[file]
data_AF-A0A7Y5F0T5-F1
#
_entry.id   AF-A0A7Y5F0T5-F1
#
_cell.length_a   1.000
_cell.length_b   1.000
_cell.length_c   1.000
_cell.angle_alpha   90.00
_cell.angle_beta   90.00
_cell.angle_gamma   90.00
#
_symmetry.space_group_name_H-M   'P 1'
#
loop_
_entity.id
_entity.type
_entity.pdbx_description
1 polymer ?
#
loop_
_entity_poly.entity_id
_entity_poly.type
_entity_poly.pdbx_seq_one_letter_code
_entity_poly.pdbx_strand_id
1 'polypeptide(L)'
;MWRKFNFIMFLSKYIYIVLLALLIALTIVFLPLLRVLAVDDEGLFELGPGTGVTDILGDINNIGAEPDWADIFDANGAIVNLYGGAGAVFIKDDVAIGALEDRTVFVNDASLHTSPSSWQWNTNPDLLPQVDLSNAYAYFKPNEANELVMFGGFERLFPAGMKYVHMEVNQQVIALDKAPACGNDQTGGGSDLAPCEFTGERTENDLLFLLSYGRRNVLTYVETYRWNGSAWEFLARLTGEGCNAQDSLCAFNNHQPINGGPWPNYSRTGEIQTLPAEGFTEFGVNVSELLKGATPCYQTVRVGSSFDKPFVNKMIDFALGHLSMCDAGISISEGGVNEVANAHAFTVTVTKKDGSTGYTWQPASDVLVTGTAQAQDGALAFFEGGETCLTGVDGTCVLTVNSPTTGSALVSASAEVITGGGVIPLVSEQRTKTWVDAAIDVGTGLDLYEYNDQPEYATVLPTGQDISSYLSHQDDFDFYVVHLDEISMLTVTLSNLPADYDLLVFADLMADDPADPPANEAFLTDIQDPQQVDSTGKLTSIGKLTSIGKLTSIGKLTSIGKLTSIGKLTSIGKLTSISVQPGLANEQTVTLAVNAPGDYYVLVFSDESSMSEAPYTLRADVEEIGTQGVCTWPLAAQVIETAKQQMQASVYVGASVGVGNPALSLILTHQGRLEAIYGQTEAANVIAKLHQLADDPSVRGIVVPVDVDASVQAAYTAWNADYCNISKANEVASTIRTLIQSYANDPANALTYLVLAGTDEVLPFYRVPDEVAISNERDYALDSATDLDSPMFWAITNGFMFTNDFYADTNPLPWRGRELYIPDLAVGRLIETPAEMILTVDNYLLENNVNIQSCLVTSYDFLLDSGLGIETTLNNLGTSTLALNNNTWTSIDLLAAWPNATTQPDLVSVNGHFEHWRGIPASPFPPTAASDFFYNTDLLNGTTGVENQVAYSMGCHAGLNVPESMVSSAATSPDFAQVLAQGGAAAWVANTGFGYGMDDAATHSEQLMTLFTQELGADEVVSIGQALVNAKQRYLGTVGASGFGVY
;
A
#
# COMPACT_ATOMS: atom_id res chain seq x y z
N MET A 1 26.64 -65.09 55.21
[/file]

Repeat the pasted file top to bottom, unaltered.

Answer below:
data_AF-A0A7Y5F0T5-F1
#
_entry.id   AF-A0A7Y5F0T5-F1
#
_cell.length_a   1.000
_cell.length_b   1.000
_cell.length_c   1.000
_cell.angle_alpha   90.00
_cell.angle_beta   90.00
_cell.angle_gamma   90.00
#
_symmetry.space_group_name_H-M   'P 1'
#
loop_
_entity.id
_entity.type
_entity.pdbx_description
1 polymer ?
#
loop_
_entity_poly.entity_id
_entity_poly.type
_entity_poly.pdbx_seq_one_letter_code
_entity_poly.pdbx_strand_id
1 'polypeptide(L)'
;MWRKFNFIMFLSKYIYIVLLALLIALTIVFLPLLRVLAVDDEGLFELGPGTGVTDILGDINNIGAEPDWADIFDANGAIVNLYGGAGAVFIKDDVAIGALEDRTVFVNDASLHTSPSSWQWNTNPDLLPQVDLSNAYAYFKPNEANELVMFGGFERLFPAGMKYVHMEVNQQVIALDKAPACGNDQTGGGSDLAPCEFTGERTENDLLFLLSYGRRNVLTYVETYRWNGSAWEFLARLTGEGCNAQDSLCAFNNHQPINGGPWPNYSRTGEIQTLPAEGFTEFGVNVSELLKGATPCYQTVRVGSSFDKPFVNKMIDFALGHLSMCDAGISISEGGVNEVANAHAFTVTVTKKDGSTGYTWQPASDVLVTGTAQAQDGALAFFEGGETCLTGVDGTCVLTVNSPTTGSALVSASAEVITGGGVIPLVSEQRTKTWVDAAIDVGTGLDLYEYNDQPEYATVLPTGQDISSYLSHQDDFDFYVVHLDEISMLTVTLSNLPADYDLLVFADLMADDPADPPANEAFLTDIQDPQQVDSTGKLTSIGKLTSIGKLTSIGKLTSIGKLTSIGKLTSIGKLTSISVQPGLANEQTVTLAVNAPGDYYVLVFSDESSMSEAPYTLRADVEEIGTQGVCTWPLAAQVIETAKQQMQASVYVGASVGVGNPALSLILTHQGRLEAIYGQTEAANVIAKLHQLADDPSVRGIVVPVDVDASVQAAYTAWNADYCNISKANEVASTIRTLIQSYANDPANALTYLVLAGTDEVLPFYRVPDEVAISNERDYALDSATDLDSPMFWAITNGFMFTNDFYADTNPLPWRGRELYIPDLAVGRLIETPAEMILTVDNYLLENNVNIQSCLVTSYDFLLDSGLGIETTLNNLGTSTLALNNNTWTSIDLLAAWPNATTQPDLVSVNGHFEHWRGIPASPFPPTAASDFFYNTDLLNGTTGVENQVAYSMGCHAGLNVPESMVSSAATSPDFAQVLAQGGAAAWVANTGFGYGMDDAATHSEQLMTLFTQELGADEVVSIGQALVNAKQRYLGTVGASGFGVY
;
A
#
# COMPACT_ATOMS: atom_id res chain seq x y z
N MET A 1 26.64 -65.09 55.21